The clinical negligence team at Penningtons Manches has settled a claim against James Paget University Hospitals NHS Foundation Trust for a missed diagnosis of skin cancer which led to a client’s premature death.
In April 2012 the client had a skin lesion removed from the bridge of her nose at James Paget Hospital. The pathology was reviewed and reported as being non-cancerous – specifically, it was diagnosed as being an ‘atypical fibroxanthoma’. The dermatologist responsible for the client’s care discharged her without discussing the matter further within the skin cancer multi-disciplinary team. She received no follow-up.
In early 2013 the client began to experience a persistent cough. Her GP sent her for a chest X-ray which was reported as showing some suspicious shading. A CT scan and biopsy were performed in July 2013 which demonstrated secondary tumours in the lung. She was diagnosed as having metastatic cancer, resulting from the primary cancer from the original melanoma on her nose in April 2012. Her prognosis was extremely poor and she died six months after the diagnosis.
The Penningtons Manches team was instructed by the client’s husband to investigate a claim for delayed diagnosis and treatment of skin cancer. Expert evidence was obtained from a histopathologist and a dermatologist which concluded that the pathologist had failed to perform the correct laboratory testing on the pathology slides, contributing to a missed diagnosis. In addition, the dermatologist with responsibility for the client’s management should have been concerned by the pathological diagnosis of atypical fibroxanthoma and referred the matter for discussion within the skin cancer multi-disciplinary team in accordance with NICE guidelines. Had the client been discussed in the team, further testing would have been carried out which would have led to a diagnosis of malignant melanoma.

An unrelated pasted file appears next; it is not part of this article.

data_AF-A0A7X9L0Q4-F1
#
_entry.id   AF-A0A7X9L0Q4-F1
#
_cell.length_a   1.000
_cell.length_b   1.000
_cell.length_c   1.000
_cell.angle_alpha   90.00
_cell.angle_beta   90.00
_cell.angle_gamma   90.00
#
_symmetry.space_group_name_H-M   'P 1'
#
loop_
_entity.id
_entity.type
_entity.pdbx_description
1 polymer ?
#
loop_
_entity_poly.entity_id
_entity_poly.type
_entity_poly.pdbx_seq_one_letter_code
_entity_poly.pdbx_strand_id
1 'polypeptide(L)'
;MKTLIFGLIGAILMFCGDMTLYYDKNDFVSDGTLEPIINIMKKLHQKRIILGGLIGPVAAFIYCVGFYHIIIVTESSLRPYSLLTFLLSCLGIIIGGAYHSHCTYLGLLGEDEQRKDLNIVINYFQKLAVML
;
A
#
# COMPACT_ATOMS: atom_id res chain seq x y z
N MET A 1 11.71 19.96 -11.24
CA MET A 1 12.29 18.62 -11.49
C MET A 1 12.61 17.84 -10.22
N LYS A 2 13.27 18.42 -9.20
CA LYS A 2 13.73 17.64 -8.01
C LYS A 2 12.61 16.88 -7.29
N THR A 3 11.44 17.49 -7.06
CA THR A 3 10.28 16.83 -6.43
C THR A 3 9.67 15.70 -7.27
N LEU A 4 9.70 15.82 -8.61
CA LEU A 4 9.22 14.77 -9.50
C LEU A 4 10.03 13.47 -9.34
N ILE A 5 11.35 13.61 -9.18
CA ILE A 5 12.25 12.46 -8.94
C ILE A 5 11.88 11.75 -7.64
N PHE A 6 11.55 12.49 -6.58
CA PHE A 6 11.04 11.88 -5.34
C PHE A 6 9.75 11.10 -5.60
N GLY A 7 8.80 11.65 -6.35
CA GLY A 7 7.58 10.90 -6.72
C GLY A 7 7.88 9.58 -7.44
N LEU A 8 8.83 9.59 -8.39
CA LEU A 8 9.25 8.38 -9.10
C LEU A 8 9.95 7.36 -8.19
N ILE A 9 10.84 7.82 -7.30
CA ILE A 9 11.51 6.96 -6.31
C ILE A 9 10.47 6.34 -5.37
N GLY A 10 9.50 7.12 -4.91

Expert evidence was obtained from an oncologist to consider the impact that the delayed diagnosis had on the client’s treatment options, condition and overall prognosis. Although the delay in diagnosis was relatively lengthy, the oncology evidence was that overall, the client’s life was shortened by four months. In the absence of the delay, she would have avoided some additional pain and suffering during the period of delayed diagnosis, her symptoms would have been better managed and she would have had chemotherapy which would have prolonged her life (albeit for a short while). This would have given her more time to come to terms with her diagnosis and to prepare for her death.
A letter of claim was submitted to the trust and the claim was settled after Part 36 negotiations with the NHS Litigation Authority.
For more information on delayed diagnosis of cancer / oncology claims, please click here.